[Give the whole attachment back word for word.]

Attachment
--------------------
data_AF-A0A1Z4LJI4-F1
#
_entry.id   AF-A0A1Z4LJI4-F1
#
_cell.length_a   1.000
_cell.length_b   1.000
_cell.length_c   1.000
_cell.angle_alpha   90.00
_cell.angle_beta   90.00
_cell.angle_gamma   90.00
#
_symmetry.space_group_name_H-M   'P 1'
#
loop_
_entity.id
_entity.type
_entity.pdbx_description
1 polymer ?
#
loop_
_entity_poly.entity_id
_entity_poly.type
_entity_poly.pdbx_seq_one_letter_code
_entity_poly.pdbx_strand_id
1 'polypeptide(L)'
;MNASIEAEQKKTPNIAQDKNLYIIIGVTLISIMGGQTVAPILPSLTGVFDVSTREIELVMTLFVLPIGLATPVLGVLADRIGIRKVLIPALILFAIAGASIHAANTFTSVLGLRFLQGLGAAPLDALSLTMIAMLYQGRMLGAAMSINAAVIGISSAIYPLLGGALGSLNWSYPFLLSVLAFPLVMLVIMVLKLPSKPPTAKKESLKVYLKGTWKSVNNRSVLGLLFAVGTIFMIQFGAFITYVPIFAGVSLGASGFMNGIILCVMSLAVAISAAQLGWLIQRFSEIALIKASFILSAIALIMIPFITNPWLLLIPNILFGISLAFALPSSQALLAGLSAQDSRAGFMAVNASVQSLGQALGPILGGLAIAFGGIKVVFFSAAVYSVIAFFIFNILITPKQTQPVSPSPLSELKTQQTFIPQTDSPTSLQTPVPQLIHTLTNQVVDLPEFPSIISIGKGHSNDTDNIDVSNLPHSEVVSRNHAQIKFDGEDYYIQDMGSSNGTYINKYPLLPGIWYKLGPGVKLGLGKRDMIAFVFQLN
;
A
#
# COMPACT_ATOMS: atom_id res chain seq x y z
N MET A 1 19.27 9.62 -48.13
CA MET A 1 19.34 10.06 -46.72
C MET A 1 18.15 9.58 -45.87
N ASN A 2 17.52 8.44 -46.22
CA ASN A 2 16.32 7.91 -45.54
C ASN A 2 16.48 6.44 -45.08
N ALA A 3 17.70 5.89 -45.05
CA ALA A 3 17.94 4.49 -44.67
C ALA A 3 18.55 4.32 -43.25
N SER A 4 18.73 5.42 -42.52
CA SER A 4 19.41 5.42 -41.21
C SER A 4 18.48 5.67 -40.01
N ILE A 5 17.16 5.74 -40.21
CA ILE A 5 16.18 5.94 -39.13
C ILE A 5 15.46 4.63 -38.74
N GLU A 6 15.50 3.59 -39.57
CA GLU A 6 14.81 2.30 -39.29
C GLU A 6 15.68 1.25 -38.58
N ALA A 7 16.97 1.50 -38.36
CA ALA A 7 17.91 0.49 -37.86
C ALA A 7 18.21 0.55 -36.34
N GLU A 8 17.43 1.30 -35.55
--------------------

data_AF-A0A1Z4LJI4-F1
#
_entry.id   AF-A0A1Z4LJI4-F1
#
_cell.length_a   1.000
_cell.length_b   1.000
_cell.length_c   1.000
_cell.angle_alpha   90.00
_cell.angle_beta   90.00
_cell.angle_gamma   90.00
#
_symmetry.space_group_name_H-M   'P 1'
#
loop_
_entity.id
_entity.type
_entity.pdbx_description
1 polymer ?
#
loop_
_entity_poly.entity_id
_entity_poly.type
_entity_poly.pdbx_seq_one_letter_code
_entity_poly.pdbx_strand_id
1 'polypeptide(L)'
;MNASIEAEQKKTPNIAQDKNLYIIIGVTLISIMGGQTVAPILPSLTGVFDVSTREIELVMTLFVLPIGLATPVLGVLADRIGIRKVLIPALILFAIAGASIHAANTFTSVLGLRFLQGLGAAPLDALSLTMIAMLYQGRMLGAAMSINAAVIGISSAIYPLLGGALGSLNWSYPFLLSVLAFPLVMLVIMVLKLPSKPPTAKKESLKVYLKGTWKSVNNRSVLGLLFAVGTIFMIQFGAFITYVPIFAGVSLGASGFMNGIILCVMSLAVAISAAQLGWLIQRFSEIALIKASFILSAIALIMIPFITNPWLLLIPNILFGISLAFALPSSQALLAGLSAQDSRAGFMAVNASVQSLGQALGPILGGLAIAFGGIKVVFFSAAVYSVIAFFIFNILITPKQTQPVSPSPLSELKTQQTFIPQTDSPTSLQTPVPQLIHTLTNQVVDLPEFPSIISIGKGHSNDTDNIDVSNLPHSEVVSRNHAQIKFDGEDYYIQDMGSSNGTYINKYPLLPGIWYKLGPGVKLGLGKRDMIAFVFQLN
;
A
#
# COMPACT_ATOMS: atom_id res chain seq x y z
N MET A 1 19.27 9.62 -48.13
CA MET A 1 19.34 10.06 -46.72
C MET A 1 18.15 9.58 -45.87
N ASN A 2 17.52 8.44 -46.22
CA ASN A 2 16.32 7.91 -45.54
C ASN A 2 16.48 6.44 -45.08
N ALA A 3 17.70 5.89 -45.05
CA ALA A 3 17.94 4.49 -44.67
C ALA A 3 18.55 4.32 -43.25
N SER A 4 18.73 5.42 -42.52
CA SER A 4 19.41 5.42 -41.21
C SER A 4 18.48 5.67 -40.01
N ILE A 5 17.16 5.74 -40.21
CA ILE A 5 16.18 5.94 -39.13
C ILE A 5 15.46 4.63 -38.74
N GLU A 6 15.50 3.59 -39.57
CA GLU A 6 14.81 2.30 -39.29
C GLU A 6 15.68 1.25 -38.58
N ALA A 7 16.97 1.50 -38.36
CA ALA A 7 17.91 0.49 -37.86
C ALA A 7 18.21 0.55 -36.34
N GLU A 8 17.43 1.30 -35.55